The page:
imi! Come quick! There’s a baby bird on the ground, and it needs our help!”
Charis called out as she ran into her grandparent’s house.
“What? Well, don’t touch it. Let’s look and see if we can find its nest,” my mom told her. But alas, the bird was in the middle of a field, with only one small tree. Charis looked for a nest, even climbed the tree. There were no birds or nests in sight.
Finally, as gently as possible, Charis used a stick to scoop the tiny, helpless creature into a Dixie cup and brought it to the house. And that, my friends, is how Carrie came into our lives.
It was more than two years ago. I was away on an overnight trip, and the kids were staying with my parents. Charis was playing in the forty-acre yard, singing and skipping and chasing butterflies in the way that only a nine-year-old girl can do, when she spotted movement out of the corner of her eye. She took a closer look and found the baby hummingbird, far from its nest. Barely alive.
Ever-so-tenderly, Charis and Mimi made a nest for the little bird, inside that cup. Holding her finger over the end of a straw, Mimi showed Charis how to feed it. Orange Fanta. The drink of champions.
This is the scene I was greeted with, when I showed up to reclaim my children. “Meet Carrie,” Charis told me, and I watched the tiny bit of fuzz gulp down the orange drink as if it were manna from heaven.
“Why did you name her ‘Carrie’?” I asked.
“Because I just studied about the carrier pigeons,” Charis said.
“You mean the passenger pigeons?” I clarified.
“Close enough,” she said.
So Carrie officially became a part of our family that day. She made her home on Mimi and Poppy’s porch – first in that Dixie cup, and later in a cardboard box. We made sure she was free to leave anytime she wanted. But she never did.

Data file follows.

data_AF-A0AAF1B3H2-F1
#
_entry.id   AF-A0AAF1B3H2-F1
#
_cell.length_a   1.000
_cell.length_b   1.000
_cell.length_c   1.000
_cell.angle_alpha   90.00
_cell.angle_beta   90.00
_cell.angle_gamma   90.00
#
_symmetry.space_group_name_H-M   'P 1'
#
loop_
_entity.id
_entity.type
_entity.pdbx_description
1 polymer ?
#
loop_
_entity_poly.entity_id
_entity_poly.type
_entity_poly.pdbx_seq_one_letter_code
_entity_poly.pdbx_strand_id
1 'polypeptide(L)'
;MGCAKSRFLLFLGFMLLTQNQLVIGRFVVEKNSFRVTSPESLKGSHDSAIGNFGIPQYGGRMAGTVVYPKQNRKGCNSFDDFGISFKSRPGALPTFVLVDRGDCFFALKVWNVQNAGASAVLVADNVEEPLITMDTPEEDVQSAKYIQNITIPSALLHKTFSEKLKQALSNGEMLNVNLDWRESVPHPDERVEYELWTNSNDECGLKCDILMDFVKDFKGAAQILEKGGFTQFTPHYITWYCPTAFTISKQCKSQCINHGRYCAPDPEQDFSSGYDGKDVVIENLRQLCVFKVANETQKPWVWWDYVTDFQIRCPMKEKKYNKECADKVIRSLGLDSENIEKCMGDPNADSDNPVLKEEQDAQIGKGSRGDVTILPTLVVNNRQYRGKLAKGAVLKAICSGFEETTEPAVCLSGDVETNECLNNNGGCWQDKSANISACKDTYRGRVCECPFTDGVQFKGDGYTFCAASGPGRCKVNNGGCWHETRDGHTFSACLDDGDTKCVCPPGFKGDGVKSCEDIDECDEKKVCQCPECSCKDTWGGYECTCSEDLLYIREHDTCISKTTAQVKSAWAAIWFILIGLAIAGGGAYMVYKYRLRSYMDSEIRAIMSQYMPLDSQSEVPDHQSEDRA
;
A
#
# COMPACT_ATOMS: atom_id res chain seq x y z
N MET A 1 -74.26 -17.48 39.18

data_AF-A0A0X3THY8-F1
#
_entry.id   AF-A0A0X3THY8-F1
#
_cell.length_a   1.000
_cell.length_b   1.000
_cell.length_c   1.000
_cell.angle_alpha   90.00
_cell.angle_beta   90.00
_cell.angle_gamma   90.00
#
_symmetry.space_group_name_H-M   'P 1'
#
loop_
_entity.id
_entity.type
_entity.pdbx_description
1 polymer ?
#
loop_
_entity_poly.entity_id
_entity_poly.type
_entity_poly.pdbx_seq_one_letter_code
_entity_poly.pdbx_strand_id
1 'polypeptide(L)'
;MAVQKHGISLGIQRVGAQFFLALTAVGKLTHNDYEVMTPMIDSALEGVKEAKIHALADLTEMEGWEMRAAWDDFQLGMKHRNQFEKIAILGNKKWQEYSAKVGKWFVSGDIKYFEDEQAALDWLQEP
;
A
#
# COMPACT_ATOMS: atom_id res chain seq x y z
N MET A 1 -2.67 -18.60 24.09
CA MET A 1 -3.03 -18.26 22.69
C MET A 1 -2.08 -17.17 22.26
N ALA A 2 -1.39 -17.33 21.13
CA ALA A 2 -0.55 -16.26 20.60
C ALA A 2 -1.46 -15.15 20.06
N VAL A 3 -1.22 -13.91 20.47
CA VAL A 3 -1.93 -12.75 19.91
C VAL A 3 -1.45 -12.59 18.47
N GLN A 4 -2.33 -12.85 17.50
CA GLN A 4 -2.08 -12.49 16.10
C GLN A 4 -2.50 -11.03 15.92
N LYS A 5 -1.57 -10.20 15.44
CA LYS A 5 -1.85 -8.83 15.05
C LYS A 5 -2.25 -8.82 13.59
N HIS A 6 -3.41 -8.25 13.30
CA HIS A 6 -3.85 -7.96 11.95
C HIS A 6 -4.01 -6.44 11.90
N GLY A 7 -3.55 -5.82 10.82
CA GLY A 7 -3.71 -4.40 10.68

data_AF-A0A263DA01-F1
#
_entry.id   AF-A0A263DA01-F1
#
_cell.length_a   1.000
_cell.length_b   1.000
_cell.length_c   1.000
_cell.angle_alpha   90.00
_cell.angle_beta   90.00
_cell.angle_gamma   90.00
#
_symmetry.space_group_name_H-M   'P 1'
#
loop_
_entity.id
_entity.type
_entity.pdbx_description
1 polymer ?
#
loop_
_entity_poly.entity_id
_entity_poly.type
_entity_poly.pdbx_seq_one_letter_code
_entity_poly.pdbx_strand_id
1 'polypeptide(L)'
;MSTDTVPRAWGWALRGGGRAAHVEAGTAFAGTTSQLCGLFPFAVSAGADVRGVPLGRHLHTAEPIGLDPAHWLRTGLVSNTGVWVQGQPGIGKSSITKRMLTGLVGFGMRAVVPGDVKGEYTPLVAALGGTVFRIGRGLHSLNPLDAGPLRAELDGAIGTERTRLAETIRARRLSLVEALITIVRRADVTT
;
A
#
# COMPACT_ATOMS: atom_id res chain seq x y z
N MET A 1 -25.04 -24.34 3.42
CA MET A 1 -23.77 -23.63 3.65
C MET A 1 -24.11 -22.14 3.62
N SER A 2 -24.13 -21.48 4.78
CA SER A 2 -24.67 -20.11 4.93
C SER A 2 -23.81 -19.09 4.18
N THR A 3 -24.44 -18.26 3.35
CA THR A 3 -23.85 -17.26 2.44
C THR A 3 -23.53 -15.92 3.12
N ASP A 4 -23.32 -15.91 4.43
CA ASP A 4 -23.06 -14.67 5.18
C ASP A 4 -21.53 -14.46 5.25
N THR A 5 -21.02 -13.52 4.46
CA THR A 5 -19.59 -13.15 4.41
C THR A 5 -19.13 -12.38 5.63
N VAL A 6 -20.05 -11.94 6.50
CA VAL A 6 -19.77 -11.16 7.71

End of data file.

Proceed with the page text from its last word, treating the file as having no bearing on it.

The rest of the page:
She never even flew, except for a few feet at a time, and only once or twice.
We did our homework and learned that hummingbirds need the protein that comes from eating small bugs. We couldn’t get her to eat bugs, so we mixed a bit of dog food in with her orange soda. It was the best we had.
Poppy did some research and found some special, protein-infused hummingbird food. Fifty-something dollars a box!
Yep. He ordered the food.
For the next several weeks, Carrie was treated like royalty. Her meals were prepared for her. She was hand-fed. Foster and Charis decorated the inside of her box with pictures of trees, and placed leaves and branches there so she’d feel at home. They entertained her with puppet shows, which she watched without blinking. Charis even jumped up and down, in an attempt to teach her to fly.
Believe it or not, the bird jumped when Charis did!
Once, two other hummingbirds came and perched on the side of her box. If we’d known she was planning a party, we would’ve prepared the orange dog food.
The lifespan of a hummingbird is believed to be around three years. But Carrie only lived for a few weeks. It was a sad day for our family, the day our Carrie died.
Charis took it the hardest. “It’s not fair. Why did she have to die? She never even got to fly.”
I didn’t have an answer for her. Why do things like that happen to anybody? She was right. It wasn’t fair.
But then I thought about that tiny little bird, abandoned, alone in a field. She was doomed to be dinner for some predator.
Instead, Carrie was rescued, fed, and loved. She got to experience what few birds do – a puppet show. All things considered, I’d say she had a pretty good life.
Sometimes, life’s not fair. But only God knows what my life might’ve been like, without His intervention.
He’s fed me and given me a place to live. He’s sent me people to live and laugh with. He has loved me.
All things considered, I’d say I’ve had it pretty good.
Luke 12:6 – 7 “Are not five sparrows sold for two pennies? Yet not one of them is forgotten by God. Indeed, the very hairs of your head are all numbered. Don’t be afraid; you are worth more than many sparrows.”